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Quick action brings conference to WA

A quick response earned WA the right to host the inaugural World E-Com Conference.

The electronic commerce conference will be held from 8 to 10 November at the Burswood Resort.

Between 100 and 200 delegates are expected at the conference.

Conference promoter David Rose said it was important the conference be truly global.

“It is a natural progression of the inter-governmental briefings that have developed over the past two or three years,” Mr Rose said.

These conferences have involved the United Nations Committee for International Trade Law, the Organ-isation for Economic Cooperation and Development and the World Trade Organisation.

“These organisations said they had to have a government to host the conference or they couldn’t take part,” Mr Rose said.

“The conference couldn’t be held in the US or Europe because then it would be seen as a US or European conference.

“It had to be held where it would be seen as a global event.”

Australia was chosen as the venue and the States and Territories were given a chance to bid for hosting the conference.

The government of the State or Territory had to cover the cost of the venue, flying in the speakers and Mr Rose’s fee for promoting the event.

Mr Rose said the WA Government responded in just six weeks – even though two of those weeks fell in the Christmas break.

“I thought for a while Canberra was going to latch on but WA got in first,” he said.

“This is a unique opportunity for Perth. It probably won’t be back here for another ten years.”

The 2000 World E-Com conference will take place in a city in the northern hemisphere. As yet, that city has not been named.

“The conference is designed to get government and business together,” Mr Rose said.

“Decisions are being made now on tax, common standards and customer security.

“If businesspeople don’t wade through the OECD stuff, they won’t know about it until they transgress the new rules.

“And a global e-commerce tax is bound to emerge.

“For example, an Australian

company could build products in Canada and sell them through a US agent to customers in the UK.

“Who gets the tax dollars? By rights, each country could take something off the top but nobody wants that.”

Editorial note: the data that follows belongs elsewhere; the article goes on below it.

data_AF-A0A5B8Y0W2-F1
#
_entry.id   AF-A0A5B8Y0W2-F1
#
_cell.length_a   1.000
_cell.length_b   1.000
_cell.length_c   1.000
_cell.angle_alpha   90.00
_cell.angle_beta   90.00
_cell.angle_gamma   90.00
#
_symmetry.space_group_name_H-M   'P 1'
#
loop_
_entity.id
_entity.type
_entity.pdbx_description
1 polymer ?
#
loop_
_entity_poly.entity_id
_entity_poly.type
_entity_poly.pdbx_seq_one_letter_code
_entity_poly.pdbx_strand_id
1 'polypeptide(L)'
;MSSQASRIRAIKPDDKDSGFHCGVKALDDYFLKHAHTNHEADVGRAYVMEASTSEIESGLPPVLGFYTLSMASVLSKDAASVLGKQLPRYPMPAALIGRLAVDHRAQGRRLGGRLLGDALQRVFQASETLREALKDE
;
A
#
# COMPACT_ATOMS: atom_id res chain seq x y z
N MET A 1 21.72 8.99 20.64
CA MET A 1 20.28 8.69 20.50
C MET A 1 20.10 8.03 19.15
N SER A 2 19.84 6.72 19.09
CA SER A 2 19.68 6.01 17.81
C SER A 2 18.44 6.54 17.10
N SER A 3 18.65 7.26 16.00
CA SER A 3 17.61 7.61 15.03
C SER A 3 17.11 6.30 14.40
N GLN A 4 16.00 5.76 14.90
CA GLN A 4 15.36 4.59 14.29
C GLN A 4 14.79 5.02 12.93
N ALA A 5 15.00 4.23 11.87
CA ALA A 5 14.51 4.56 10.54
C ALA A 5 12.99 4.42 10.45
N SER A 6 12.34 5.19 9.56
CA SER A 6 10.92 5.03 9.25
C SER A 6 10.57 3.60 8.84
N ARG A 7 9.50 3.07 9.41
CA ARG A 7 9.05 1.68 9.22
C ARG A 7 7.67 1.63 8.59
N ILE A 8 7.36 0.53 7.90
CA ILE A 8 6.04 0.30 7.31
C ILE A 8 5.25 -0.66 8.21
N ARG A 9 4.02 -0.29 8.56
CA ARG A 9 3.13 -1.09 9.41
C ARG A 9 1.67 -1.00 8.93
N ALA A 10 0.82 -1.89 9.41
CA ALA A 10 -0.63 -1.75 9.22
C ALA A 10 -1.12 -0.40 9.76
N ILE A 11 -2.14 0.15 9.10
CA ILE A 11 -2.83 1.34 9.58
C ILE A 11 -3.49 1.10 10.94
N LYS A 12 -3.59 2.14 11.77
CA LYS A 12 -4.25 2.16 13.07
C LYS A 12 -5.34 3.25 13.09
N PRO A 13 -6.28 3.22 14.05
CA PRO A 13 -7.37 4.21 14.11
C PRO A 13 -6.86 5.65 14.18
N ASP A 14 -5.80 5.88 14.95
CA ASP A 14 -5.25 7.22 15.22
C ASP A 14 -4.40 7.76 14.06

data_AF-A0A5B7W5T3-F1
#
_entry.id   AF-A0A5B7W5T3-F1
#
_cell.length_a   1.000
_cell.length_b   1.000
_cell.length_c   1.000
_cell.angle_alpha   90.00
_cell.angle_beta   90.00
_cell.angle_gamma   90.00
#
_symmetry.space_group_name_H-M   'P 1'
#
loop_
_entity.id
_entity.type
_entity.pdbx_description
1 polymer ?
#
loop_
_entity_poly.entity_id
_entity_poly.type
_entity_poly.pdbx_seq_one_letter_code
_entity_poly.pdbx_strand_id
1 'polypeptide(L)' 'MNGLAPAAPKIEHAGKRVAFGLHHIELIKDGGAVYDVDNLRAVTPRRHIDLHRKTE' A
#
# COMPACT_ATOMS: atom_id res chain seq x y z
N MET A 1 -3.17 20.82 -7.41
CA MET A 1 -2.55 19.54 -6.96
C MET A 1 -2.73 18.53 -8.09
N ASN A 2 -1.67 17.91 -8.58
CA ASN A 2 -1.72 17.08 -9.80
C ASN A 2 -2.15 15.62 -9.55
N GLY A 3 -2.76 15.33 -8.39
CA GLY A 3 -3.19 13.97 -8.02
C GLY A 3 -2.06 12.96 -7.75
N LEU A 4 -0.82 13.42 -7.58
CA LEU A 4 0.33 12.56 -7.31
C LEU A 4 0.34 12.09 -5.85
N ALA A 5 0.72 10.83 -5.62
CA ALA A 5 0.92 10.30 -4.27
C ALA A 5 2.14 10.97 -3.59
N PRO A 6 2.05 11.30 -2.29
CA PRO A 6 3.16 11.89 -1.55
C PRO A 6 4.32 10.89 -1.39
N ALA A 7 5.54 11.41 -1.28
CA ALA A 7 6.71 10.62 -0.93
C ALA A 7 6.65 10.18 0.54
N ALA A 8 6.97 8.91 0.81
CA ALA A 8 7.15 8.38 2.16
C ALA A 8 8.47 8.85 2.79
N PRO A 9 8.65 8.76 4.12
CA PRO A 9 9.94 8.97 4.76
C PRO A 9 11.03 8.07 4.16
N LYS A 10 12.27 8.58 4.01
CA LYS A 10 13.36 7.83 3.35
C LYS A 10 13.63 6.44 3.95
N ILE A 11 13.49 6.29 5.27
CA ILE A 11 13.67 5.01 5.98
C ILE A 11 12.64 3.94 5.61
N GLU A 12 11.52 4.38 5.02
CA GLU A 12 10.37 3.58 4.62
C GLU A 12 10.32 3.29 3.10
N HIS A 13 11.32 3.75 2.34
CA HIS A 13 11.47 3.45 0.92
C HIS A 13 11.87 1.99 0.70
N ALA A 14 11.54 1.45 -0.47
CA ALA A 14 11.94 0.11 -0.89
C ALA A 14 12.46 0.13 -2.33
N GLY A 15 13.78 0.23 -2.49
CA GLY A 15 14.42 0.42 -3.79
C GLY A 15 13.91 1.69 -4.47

Mr Rose said a global tax was being devised now.

“I believe it will be based on a GST,” he said.

“But which country down the track will get the dollars?

“If the tax is down to where the server is put, nobody will put servers where they are likely to draw tax. The Cayman Islands could clean up.”

Mr Rose said British Airways would be unveiling its e-commerce plans. The airline is working towards turning its entire business model over to e-commerce.

“They believe travel agents could be eliminated,” Mr Rose said.

US Federal Trade Commission commissioner Mozelle Thompson will be telling delegates why the US ‘hands off’ regulatory policy should be adopted as a global e-commerce model.

European Commission Director DG XIII Frans de Bruine will outline the e-commerce strategy for the world’s newest economic bloc.

OECD director Risaburo Nezu will present the world’s first government to business debrief on the happenings of the inter-governmental e-commerce meeting in Paris in October.

Hartley Poynton chief executive Tim Moore will explain the lessons learned from his company’s consultation to the successful quicken.com site, while Federal Attorney General Daryl Williams will be outlining what Australia can expect in terms of e-commerce law.

UNICTRAL secretary Gerold Herrman will discuss the motivations behind the UN’s e-commerce law model which is being used as a template for e-commerce legislation in a number of countries.

WTO director David Hartridge will explain how the organisation is responding to the challenges to international trade law being presented by e-commerce’s rapid growth.

Other speakers include International Commerce Exchange chairman Nick Mansfield, World Intellectual Property Organisation electronic commerce consultant Shira Perlmutter and Canadian Federal Government assistant minister Grant Westcott.

Mr Rose said the conference web site, developed by WA-based Pretzel Logic, had received tremendous praise.

“Wired Magazine said it was the best conference site it had ever encountered,” he said.

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